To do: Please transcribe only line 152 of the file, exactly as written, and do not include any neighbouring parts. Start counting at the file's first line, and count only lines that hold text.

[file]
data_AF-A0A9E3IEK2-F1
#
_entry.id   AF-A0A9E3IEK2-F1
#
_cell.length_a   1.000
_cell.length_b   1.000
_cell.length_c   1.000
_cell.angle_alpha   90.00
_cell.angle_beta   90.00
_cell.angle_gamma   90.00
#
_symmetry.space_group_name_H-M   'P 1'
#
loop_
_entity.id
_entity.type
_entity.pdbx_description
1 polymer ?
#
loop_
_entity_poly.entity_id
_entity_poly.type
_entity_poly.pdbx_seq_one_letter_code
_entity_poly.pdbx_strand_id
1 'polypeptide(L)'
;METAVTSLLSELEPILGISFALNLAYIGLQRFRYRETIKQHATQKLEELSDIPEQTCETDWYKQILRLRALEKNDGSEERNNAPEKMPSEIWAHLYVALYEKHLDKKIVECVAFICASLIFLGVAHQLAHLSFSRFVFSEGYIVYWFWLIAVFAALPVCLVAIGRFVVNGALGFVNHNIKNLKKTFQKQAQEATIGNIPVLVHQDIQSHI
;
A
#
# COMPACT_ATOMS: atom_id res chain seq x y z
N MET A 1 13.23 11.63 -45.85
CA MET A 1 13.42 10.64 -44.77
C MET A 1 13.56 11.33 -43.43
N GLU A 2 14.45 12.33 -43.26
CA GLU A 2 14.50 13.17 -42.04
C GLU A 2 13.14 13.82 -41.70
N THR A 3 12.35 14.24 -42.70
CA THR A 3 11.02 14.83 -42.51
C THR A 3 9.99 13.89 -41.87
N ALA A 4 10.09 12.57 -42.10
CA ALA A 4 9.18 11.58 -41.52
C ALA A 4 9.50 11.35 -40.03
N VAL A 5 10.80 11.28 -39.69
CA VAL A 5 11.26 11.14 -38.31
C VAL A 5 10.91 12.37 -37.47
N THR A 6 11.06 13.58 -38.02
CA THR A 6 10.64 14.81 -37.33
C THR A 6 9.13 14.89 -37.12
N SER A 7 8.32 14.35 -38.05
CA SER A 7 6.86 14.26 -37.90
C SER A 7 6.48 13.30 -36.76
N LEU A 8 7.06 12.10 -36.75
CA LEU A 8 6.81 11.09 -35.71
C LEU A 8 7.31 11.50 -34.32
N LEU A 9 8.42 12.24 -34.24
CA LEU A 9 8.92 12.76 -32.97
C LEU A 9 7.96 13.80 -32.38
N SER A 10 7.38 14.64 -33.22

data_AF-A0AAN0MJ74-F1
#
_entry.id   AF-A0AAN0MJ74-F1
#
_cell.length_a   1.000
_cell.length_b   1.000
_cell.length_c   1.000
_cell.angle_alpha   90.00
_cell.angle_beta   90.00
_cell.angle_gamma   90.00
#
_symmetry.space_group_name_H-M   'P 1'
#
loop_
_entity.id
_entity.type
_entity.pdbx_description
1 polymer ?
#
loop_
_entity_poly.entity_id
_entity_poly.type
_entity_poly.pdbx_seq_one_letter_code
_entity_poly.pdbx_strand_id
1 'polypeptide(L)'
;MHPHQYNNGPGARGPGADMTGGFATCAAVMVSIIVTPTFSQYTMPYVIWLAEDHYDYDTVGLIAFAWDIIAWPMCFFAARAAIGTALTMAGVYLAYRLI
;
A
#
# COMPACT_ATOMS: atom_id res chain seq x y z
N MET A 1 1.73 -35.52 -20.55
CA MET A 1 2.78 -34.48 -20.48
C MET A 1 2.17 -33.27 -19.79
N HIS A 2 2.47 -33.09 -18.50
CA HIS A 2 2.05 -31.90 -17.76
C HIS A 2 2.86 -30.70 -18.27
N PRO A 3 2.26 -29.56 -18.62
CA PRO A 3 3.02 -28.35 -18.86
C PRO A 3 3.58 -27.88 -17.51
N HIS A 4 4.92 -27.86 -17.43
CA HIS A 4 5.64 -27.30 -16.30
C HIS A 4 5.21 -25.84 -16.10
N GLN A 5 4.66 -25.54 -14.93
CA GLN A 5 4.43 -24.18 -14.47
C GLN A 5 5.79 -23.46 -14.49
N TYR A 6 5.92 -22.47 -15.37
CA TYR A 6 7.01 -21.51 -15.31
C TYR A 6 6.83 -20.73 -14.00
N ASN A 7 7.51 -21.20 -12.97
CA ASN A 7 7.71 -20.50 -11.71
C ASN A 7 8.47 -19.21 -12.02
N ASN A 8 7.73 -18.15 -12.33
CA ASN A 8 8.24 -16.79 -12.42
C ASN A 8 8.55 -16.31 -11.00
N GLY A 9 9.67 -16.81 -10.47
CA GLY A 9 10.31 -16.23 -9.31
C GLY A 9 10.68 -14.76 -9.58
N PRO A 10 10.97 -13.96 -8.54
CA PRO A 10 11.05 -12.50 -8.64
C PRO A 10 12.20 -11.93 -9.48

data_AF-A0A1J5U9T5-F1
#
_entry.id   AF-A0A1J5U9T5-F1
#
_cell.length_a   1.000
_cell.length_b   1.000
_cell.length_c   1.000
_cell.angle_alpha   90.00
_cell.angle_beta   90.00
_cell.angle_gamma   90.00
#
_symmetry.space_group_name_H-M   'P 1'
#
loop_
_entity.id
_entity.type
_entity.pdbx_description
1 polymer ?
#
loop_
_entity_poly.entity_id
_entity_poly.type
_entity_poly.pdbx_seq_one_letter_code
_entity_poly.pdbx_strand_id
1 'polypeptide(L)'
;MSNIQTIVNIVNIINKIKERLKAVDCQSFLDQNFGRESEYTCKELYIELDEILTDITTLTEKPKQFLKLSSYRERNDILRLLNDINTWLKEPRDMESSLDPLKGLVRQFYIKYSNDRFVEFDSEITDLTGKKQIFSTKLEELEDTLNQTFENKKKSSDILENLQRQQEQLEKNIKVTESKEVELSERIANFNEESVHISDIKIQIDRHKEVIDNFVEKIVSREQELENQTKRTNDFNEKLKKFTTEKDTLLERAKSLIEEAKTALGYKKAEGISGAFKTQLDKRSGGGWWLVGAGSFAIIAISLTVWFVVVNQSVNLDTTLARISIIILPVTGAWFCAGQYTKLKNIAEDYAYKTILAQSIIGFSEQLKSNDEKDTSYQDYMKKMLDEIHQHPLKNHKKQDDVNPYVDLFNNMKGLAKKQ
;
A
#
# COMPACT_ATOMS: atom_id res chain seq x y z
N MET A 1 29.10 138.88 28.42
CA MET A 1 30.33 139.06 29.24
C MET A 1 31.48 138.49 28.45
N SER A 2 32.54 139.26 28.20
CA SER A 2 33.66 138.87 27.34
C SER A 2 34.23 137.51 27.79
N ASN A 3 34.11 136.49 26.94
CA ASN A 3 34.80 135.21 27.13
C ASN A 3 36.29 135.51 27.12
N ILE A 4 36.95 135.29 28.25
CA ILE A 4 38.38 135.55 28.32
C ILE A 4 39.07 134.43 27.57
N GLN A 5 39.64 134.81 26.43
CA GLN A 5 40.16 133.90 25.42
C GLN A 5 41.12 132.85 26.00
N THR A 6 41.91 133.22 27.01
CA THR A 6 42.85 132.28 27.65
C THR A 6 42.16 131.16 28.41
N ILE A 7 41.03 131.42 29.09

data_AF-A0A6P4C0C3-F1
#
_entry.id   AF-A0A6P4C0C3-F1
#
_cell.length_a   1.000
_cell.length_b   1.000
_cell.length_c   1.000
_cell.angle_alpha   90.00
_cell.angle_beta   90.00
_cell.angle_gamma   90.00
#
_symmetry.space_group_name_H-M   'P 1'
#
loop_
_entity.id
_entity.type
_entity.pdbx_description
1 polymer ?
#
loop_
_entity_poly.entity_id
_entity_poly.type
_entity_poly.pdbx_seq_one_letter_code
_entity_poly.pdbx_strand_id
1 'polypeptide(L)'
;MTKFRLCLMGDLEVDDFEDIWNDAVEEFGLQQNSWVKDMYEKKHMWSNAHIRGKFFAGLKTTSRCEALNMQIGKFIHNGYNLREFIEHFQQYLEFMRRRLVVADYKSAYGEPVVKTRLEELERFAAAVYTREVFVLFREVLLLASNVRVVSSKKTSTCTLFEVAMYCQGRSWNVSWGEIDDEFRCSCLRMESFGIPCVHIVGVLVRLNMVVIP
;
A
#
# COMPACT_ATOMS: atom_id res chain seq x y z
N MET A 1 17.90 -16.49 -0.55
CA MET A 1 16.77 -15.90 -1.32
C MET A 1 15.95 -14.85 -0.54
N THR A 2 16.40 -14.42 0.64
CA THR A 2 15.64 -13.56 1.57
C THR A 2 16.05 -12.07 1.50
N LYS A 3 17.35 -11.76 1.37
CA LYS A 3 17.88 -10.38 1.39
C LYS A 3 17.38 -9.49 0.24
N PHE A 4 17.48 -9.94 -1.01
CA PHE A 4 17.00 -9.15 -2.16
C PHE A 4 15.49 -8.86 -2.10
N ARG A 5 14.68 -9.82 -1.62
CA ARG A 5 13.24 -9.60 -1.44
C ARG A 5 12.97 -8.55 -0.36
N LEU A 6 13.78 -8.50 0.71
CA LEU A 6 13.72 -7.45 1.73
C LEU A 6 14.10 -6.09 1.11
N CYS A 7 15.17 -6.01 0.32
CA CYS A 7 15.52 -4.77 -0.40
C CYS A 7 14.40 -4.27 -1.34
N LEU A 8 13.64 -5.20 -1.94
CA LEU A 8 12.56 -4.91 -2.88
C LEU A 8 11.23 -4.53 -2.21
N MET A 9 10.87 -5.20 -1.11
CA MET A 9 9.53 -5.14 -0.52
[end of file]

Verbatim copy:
N SER A 2 32.54 139.26 28.20